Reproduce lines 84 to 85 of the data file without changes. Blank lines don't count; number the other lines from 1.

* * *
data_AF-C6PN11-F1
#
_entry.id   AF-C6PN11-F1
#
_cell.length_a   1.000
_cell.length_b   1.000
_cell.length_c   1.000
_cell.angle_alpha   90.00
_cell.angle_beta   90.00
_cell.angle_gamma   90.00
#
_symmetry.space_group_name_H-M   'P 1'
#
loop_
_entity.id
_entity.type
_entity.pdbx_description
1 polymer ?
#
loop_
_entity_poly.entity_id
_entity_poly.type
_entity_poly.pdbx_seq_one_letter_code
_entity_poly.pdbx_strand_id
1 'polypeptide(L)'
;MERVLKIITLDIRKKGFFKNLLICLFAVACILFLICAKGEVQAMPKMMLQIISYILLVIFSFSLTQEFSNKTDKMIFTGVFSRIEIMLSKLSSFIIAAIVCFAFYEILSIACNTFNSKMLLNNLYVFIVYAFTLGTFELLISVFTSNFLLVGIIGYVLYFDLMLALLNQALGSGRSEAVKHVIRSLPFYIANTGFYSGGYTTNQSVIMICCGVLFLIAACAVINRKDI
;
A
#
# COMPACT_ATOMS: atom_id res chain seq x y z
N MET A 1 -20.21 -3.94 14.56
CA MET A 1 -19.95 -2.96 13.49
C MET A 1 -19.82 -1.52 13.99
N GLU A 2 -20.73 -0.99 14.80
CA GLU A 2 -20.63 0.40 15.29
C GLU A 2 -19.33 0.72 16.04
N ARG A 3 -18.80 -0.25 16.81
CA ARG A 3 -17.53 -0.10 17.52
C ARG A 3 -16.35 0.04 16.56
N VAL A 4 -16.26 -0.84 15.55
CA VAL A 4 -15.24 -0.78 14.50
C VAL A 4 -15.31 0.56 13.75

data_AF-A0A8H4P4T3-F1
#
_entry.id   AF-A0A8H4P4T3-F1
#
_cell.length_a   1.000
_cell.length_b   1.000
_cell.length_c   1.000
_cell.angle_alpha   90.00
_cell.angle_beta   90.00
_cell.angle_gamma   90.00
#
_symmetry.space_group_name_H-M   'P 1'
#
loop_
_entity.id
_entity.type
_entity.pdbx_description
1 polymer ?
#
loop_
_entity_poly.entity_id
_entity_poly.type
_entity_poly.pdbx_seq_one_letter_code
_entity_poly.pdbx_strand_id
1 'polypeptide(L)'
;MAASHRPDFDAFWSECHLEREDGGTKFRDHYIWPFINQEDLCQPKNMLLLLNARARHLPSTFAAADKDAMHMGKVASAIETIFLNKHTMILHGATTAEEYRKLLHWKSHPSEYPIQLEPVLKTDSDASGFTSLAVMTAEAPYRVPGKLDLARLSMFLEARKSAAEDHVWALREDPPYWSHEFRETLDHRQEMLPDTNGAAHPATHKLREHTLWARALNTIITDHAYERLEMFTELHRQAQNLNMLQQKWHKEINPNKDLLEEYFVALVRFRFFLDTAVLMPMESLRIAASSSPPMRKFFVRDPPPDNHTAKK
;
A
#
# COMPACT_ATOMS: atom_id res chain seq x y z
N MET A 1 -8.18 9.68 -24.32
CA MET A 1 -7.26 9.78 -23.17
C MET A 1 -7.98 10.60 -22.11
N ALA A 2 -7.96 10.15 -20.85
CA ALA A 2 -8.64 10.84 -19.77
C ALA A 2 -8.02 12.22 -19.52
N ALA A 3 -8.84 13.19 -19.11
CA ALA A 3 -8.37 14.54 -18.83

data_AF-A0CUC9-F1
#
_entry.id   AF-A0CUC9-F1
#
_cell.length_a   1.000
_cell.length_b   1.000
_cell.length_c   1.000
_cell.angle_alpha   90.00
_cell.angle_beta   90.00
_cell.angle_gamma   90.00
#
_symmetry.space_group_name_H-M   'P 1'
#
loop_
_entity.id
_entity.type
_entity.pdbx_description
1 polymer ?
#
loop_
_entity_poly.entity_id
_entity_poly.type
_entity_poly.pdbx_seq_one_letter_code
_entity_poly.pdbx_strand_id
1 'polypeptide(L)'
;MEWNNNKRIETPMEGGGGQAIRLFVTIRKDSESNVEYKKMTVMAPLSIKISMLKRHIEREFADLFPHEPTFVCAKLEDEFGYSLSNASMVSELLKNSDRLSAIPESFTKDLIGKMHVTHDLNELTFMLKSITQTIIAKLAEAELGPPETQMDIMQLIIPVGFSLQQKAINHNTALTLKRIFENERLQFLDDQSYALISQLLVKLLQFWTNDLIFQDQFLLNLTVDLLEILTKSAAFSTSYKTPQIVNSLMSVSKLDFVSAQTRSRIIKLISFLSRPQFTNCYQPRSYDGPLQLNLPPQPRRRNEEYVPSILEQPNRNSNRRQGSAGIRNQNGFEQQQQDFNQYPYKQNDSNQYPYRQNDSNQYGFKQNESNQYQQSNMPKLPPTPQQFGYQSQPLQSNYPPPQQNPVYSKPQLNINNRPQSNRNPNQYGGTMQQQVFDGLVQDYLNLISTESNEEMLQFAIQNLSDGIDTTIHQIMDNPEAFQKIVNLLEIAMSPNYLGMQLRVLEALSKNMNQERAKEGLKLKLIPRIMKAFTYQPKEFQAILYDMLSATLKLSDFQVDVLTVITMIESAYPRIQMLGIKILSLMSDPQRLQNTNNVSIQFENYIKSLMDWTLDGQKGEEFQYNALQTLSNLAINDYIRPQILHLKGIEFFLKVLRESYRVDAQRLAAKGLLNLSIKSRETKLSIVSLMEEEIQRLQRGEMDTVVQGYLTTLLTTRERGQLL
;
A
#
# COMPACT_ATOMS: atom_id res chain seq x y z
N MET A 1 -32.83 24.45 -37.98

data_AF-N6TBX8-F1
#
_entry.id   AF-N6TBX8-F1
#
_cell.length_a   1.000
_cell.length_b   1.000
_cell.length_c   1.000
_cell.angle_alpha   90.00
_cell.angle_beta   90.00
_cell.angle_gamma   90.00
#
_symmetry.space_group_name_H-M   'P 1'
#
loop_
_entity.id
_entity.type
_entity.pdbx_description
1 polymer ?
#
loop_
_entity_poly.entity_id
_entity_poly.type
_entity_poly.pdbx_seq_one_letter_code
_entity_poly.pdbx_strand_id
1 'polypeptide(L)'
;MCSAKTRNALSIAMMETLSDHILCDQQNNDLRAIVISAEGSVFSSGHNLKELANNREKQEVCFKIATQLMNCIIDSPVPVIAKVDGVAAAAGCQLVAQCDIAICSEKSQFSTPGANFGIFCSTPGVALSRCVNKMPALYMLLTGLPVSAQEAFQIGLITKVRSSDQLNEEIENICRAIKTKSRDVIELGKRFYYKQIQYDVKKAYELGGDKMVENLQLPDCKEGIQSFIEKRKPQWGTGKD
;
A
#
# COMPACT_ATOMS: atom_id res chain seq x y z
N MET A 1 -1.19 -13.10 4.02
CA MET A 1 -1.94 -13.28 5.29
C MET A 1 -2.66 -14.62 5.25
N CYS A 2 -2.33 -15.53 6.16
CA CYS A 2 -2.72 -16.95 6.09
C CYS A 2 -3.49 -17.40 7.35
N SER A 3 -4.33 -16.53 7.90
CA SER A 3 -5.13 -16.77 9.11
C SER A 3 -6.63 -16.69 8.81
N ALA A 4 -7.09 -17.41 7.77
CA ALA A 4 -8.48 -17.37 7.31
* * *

#
_cell.length_a   1.000